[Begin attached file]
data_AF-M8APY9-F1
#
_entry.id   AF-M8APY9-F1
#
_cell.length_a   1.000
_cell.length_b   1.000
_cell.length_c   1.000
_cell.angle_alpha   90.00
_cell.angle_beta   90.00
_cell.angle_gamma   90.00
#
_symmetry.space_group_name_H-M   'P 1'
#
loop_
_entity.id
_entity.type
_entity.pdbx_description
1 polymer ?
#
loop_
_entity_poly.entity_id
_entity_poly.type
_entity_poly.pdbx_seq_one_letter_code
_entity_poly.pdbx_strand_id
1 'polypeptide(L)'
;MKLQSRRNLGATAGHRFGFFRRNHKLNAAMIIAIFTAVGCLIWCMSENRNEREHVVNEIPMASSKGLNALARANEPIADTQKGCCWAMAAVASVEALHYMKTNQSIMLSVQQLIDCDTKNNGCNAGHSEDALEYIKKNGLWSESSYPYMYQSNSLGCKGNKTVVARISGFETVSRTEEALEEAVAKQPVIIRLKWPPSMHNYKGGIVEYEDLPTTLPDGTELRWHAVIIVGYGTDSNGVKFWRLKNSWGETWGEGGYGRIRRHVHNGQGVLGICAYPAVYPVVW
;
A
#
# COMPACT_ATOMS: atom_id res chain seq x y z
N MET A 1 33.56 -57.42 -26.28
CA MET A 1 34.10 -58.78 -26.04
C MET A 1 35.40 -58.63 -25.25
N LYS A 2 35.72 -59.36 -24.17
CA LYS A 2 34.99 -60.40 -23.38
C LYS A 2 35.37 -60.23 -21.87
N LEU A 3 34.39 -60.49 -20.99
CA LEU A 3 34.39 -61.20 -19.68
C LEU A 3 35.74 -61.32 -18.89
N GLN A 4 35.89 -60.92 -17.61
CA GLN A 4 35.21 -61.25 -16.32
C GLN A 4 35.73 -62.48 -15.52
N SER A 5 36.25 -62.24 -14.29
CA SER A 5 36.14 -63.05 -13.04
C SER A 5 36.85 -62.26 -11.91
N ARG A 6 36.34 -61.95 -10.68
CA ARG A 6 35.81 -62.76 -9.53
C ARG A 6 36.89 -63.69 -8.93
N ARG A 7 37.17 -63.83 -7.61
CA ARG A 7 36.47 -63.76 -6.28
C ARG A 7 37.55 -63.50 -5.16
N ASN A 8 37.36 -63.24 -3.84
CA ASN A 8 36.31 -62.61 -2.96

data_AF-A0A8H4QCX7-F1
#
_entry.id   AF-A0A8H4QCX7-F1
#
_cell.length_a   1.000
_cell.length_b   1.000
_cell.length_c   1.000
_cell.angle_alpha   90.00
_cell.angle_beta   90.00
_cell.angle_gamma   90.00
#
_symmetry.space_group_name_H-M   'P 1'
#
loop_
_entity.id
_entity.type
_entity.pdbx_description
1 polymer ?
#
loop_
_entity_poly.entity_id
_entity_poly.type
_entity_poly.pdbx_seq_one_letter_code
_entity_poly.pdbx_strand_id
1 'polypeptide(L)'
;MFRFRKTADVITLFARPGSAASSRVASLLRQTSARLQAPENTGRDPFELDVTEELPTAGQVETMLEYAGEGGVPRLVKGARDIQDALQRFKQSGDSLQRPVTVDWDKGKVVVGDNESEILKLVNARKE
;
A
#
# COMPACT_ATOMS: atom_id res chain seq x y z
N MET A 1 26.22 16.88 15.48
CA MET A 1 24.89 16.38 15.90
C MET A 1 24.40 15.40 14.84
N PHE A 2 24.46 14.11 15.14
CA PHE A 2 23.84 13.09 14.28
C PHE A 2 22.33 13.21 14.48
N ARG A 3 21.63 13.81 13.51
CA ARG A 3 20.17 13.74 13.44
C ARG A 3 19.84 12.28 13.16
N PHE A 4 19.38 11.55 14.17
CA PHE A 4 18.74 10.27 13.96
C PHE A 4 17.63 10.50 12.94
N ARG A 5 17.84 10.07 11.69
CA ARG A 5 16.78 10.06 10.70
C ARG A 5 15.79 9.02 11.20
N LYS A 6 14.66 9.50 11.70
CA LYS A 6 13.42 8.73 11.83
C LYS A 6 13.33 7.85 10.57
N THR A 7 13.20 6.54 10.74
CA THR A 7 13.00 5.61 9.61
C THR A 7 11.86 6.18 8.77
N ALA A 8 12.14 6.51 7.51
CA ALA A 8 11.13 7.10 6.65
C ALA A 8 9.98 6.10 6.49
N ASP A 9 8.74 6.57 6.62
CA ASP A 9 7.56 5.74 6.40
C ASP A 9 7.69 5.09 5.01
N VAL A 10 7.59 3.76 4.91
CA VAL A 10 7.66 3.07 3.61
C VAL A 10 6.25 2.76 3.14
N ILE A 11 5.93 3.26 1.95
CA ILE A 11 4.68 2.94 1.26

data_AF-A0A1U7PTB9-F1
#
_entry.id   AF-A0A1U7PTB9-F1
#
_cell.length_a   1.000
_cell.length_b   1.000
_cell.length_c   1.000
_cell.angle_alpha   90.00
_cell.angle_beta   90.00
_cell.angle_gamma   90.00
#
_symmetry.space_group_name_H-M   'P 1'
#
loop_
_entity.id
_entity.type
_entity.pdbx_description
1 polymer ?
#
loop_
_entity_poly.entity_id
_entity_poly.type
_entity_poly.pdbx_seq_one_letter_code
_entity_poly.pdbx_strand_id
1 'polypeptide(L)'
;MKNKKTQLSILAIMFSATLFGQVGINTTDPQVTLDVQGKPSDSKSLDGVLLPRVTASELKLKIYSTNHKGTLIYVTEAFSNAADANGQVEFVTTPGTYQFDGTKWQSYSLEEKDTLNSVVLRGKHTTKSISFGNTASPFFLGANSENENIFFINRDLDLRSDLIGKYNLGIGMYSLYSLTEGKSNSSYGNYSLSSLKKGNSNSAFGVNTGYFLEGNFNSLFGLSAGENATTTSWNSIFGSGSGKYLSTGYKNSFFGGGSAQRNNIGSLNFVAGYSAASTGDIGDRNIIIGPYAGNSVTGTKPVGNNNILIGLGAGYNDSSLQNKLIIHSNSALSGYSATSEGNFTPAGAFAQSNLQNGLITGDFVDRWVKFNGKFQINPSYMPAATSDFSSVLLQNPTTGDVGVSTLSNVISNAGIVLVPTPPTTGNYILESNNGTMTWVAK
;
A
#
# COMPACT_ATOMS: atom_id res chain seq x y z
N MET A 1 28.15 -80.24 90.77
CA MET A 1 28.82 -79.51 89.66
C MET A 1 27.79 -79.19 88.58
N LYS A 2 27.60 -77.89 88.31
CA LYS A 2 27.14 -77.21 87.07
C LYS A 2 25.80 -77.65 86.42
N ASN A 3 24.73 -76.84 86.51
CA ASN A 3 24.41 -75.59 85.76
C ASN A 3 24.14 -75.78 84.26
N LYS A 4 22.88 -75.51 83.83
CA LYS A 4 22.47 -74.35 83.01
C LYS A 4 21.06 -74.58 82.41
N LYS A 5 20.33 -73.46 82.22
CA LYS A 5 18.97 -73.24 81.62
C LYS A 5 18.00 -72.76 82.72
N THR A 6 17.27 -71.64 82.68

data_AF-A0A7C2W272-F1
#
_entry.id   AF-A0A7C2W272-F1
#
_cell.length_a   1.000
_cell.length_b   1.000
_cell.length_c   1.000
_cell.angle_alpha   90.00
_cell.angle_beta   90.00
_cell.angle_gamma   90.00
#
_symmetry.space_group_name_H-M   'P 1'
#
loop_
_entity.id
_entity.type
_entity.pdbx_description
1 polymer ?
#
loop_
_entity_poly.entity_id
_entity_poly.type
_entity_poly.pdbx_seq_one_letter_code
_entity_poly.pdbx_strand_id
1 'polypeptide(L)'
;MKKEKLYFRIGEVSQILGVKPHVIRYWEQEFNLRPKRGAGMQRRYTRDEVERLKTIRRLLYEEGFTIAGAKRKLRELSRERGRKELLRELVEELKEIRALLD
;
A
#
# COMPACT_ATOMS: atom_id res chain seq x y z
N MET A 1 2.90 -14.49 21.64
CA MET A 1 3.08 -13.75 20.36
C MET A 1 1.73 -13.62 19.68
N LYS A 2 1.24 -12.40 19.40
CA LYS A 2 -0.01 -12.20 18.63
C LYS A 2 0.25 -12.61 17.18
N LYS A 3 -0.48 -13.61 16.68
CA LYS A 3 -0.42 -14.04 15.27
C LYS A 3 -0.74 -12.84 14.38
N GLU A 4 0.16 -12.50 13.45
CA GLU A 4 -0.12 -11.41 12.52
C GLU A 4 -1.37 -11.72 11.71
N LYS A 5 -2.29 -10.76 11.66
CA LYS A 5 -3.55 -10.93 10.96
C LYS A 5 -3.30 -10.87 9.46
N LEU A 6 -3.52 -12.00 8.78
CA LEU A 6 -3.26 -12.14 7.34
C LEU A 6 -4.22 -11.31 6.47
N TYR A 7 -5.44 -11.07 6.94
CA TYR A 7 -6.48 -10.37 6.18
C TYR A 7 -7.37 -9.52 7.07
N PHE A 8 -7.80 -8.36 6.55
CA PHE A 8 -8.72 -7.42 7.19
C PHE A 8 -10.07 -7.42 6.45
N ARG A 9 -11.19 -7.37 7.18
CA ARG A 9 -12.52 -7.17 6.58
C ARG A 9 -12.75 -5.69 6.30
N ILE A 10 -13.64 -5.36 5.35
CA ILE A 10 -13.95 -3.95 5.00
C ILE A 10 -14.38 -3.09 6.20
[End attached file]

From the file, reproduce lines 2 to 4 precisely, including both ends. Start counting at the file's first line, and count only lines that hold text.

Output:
#
_entry.id   AF-M8APY9-F1
#